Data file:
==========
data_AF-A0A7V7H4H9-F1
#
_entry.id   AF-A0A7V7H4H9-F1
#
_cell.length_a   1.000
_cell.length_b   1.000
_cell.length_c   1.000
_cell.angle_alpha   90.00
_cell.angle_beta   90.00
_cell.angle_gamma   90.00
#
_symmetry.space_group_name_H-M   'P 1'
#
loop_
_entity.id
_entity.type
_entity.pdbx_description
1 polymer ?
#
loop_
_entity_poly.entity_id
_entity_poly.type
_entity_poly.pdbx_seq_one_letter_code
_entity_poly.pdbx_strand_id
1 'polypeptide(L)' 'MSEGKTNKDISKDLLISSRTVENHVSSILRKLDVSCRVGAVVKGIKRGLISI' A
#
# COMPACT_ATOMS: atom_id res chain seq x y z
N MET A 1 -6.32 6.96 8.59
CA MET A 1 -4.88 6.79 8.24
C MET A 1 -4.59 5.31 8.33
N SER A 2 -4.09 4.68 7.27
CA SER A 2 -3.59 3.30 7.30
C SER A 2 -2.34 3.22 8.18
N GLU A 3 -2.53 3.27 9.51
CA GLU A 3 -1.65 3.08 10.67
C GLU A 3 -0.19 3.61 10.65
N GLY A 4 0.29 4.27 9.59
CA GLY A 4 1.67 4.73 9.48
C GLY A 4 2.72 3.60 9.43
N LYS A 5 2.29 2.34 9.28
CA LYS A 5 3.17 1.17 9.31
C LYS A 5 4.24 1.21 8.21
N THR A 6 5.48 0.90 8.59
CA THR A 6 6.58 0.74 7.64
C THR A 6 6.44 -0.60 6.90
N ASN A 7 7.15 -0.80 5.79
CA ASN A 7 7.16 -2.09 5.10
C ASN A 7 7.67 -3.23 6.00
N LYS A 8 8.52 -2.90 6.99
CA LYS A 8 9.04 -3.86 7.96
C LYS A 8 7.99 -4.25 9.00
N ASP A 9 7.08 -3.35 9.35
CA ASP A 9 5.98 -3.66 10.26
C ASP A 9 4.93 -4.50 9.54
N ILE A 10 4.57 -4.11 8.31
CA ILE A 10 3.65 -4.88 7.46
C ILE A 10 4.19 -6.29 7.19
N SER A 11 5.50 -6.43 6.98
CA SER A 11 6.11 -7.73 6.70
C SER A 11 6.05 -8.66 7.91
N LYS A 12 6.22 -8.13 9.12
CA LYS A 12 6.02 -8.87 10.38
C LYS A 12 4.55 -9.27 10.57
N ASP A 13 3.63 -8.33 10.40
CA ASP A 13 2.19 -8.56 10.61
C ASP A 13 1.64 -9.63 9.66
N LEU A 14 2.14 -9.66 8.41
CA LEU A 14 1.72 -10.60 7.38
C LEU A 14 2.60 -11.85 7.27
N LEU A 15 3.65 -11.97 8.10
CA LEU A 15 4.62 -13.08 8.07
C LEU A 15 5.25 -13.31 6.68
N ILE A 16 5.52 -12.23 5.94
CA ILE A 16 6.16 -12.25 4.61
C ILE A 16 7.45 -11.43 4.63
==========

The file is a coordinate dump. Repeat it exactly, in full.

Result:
data_AF-A0A7V7H4H9-F1
#
_entry.id   AF-A0A7V7H4H9-F1
#
_cell.length_a   1.000
_cell.length_b   1.000
_cell.length_c   1.000
_cell.angle_alpha   90.00
_cell.angle_beta   90.00
_cell.angle_gamma   90.00
#
_symmetry.space_group_name_H-M   'P 1'
#
loop_
_entity.id
_entity.type
_entity.pdbx_description
1 polymer ?
#
loop_
_entity_poly.entity_id
_entity_poly.type
_entity_poly.pdbx_seq_one_letter_code
_entity_poly.pdbx_strand_id
1 'polypeptide(L)' 'MSEGKTNKDISKDLLISSRTVENHVSSILRKLDVSCRVGAVVKGIKRGLISI' A
#
# COMPACT_ATOMS: atom_id res chain seq x y z
N MET A 1 -6.32 6.96 8.59
CA MET A 1 -4.88 6.79 8.24
C MET A 1 -4.59 5.31 8.33
N SER A 2 -4.09 4.68 7.27
CA SER A 2 -3.59 3.30 7.30
C SER A 2 -2.34 3.22 8.18
N GLU A 3 -2.53 3.27 9.51
CA GLU A 3 -1.65 3.08 10.67
C GLU A 3 -0.19 3.61 10.65
N GLY A 4 0.29 4.27 9.59
CA GLY A 4 1.67 4.73 9.48
C GLY A 4 2.72 3.60 9.43
N LYS A 5 2.29 2.34 9.28
CA LYS A 5 3.17 1.17 9.31
C LYS A 5 4.24 1.21 8.21
N THR A 6 5.48 0.90 8.59
CA THR A 6 6.58 0.74 7.64
C THR A 6 6.44 -0.60 6.90
N ASN A 7 7.15 -0.80 5.79
CA ASN A 7 7.16 -2.09 5.10
C ASN A 7 7.67 -3.23 6.00
N LYS A 8 8.52 -2.90 6.99
CA LYS A 8 9.04 -3.86 7.96
C LYS A 8 7.99 -4.25 9.00
N ASP A 9 7.08 -3.35 9.35
CA ASP A 9 5.98 -3.66 10.26
C ASP A 9 4.93 -4.50 9.54
N ILE A 10 4.57 -4.11 8.31
CA ILE A 10 3.65 -4.88 7.46
C ILE A 10 4.19 -6.29 7.19
N SER A 11 5.50 -6.43 6.98
CA SER A 11 6.11 -7.73 6.70
C SER A 11 6.05 -8.66 7.91
N LYS A 12 6.22 -8.13 9.12
CA LYS A 12 6.02 -8.87 10.38
C LYS A 12 4.55 -9.27 10.57
N ASP A 13 3.63 -8.33 10.40
CA ASP A 13 2.19 -8.56 10.61
C ASP A 13 1.64 -9.63 9.66
N LEU A 14 2.14 -9.66 8.41
CA LEU A 14 1.72 -10.60 7.38
C LEU A 14 2.60 -11.85 7.27
N LEU A 15 3.65 -11.97 8.10
CA LEU A 15 4.62 -13.08 8.07
C LEU A 15 5.25 -13.31 6.68
N ILE A 16 5.52 -12.23 5.94
CA ILE A 16 6.16 -12.25 4.61
C ILE A 16 7.45 -11.43 4.63